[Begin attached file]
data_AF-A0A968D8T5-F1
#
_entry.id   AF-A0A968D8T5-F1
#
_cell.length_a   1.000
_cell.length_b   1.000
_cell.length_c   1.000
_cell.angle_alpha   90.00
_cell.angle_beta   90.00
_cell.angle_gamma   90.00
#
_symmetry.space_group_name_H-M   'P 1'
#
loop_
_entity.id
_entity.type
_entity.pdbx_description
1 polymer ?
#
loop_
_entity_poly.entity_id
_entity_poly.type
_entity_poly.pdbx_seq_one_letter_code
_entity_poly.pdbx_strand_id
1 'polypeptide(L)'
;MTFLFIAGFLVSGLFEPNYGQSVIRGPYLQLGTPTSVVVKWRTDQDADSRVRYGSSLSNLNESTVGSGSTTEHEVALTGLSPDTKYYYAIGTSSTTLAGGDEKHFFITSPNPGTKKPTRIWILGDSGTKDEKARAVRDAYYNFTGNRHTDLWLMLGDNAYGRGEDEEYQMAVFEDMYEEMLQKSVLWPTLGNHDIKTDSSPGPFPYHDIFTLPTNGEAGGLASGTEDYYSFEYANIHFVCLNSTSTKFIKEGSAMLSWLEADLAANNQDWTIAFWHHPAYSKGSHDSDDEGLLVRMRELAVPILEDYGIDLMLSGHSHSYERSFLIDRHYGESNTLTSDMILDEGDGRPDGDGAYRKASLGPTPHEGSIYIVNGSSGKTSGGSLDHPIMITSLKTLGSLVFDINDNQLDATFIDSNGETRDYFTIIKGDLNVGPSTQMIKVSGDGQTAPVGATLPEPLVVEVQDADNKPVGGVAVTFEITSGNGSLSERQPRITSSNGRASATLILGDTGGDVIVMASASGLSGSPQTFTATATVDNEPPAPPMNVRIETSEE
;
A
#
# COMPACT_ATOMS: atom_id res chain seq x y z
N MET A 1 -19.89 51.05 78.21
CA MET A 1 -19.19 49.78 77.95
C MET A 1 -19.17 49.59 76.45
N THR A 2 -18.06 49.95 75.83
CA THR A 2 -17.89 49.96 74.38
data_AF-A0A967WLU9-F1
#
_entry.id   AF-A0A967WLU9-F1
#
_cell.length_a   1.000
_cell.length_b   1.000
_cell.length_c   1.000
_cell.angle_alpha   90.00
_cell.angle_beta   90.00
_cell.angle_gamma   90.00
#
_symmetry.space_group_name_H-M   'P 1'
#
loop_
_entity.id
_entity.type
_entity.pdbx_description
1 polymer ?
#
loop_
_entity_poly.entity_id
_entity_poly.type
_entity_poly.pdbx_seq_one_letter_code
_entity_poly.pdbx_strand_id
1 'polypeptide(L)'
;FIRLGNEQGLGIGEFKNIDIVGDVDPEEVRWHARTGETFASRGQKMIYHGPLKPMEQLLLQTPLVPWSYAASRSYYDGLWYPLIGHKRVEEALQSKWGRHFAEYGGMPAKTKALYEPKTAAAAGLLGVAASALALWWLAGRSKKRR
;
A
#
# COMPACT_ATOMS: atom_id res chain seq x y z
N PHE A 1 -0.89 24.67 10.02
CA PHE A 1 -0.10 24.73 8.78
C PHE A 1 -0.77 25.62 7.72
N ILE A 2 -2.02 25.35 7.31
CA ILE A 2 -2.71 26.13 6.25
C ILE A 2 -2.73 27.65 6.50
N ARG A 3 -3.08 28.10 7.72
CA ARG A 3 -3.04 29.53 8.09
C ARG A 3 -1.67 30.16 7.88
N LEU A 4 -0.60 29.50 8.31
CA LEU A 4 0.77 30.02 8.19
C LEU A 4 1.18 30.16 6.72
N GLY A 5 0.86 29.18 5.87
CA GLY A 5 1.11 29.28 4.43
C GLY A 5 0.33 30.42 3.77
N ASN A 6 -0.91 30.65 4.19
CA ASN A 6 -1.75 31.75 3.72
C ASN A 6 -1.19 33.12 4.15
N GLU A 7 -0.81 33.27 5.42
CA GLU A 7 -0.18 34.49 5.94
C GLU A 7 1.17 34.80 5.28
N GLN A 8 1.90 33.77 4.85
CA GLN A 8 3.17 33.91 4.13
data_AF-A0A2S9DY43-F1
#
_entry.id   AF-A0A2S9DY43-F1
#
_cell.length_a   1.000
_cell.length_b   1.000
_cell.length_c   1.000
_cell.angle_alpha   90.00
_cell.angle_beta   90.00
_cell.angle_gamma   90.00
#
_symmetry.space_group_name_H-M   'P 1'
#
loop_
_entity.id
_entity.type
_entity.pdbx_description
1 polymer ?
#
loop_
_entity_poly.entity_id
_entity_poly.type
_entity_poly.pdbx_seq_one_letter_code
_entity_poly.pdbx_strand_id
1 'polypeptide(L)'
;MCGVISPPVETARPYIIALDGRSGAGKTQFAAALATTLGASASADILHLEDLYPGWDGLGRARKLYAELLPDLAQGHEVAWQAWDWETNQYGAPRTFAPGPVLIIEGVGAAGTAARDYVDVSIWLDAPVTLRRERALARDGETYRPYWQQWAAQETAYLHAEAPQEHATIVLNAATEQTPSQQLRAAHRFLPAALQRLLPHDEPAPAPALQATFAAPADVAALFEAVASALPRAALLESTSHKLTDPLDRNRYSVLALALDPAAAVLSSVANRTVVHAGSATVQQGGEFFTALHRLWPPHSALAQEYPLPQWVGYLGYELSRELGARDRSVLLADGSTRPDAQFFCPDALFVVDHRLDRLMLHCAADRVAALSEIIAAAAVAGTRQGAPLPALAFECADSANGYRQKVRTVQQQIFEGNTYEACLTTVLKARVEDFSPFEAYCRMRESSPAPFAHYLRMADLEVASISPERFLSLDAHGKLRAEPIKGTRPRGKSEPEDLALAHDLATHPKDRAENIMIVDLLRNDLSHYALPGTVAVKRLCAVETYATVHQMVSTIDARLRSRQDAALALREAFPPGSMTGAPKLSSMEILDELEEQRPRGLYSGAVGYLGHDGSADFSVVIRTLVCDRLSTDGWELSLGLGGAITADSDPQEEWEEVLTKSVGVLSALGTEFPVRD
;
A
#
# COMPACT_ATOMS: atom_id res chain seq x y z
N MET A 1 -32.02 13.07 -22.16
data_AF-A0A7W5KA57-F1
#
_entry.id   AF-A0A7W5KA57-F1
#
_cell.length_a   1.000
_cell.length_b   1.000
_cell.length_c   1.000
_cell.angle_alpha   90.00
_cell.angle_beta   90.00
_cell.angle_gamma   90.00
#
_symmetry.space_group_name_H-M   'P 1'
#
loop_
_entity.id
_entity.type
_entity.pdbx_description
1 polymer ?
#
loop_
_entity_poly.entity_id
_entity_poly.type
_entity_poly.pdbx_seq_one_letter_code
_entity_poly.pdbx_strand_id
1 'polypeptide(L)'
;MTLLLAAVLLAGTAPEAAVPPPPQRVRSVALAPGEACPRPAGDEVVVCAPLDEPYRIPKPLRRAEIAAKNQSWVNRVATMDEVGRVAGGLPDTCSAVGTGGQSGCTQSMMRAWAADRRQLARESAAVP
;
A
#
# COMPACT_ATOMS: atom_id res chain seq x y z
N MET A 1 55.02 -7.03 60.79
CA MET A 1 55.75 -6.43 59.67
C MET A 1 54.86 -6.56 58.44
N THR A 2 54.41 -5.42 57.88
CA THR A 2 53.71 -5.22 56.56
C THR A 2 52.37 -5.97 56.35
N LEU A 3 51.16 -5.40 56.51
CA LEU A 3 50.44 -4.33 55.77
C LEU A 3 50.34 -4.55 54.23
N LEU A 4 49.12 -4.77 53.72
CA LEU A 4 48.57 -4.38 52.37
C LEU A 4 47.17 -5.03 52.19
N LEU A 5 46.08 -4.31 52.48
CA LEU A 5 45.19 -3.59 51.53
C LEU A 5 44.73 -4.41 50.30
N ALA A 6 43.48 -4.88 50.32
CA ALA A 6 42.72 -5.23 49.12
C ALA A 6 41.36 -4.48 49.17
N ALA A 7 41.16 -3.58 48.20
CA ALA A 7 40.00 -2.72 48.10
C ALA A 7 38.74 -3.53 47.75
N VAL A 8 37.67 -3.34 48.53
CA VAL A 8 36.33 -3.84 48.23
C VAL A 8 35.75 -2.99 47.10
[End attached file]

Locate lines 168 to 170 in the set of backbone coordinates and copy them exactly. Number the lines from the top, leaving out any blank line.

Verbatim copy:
N ALA A 7 41.16 -3.58 48.20
CA ALA A 7 40.00 -2.72 48.10
C ALA A 7 38.74 -3.53 47.75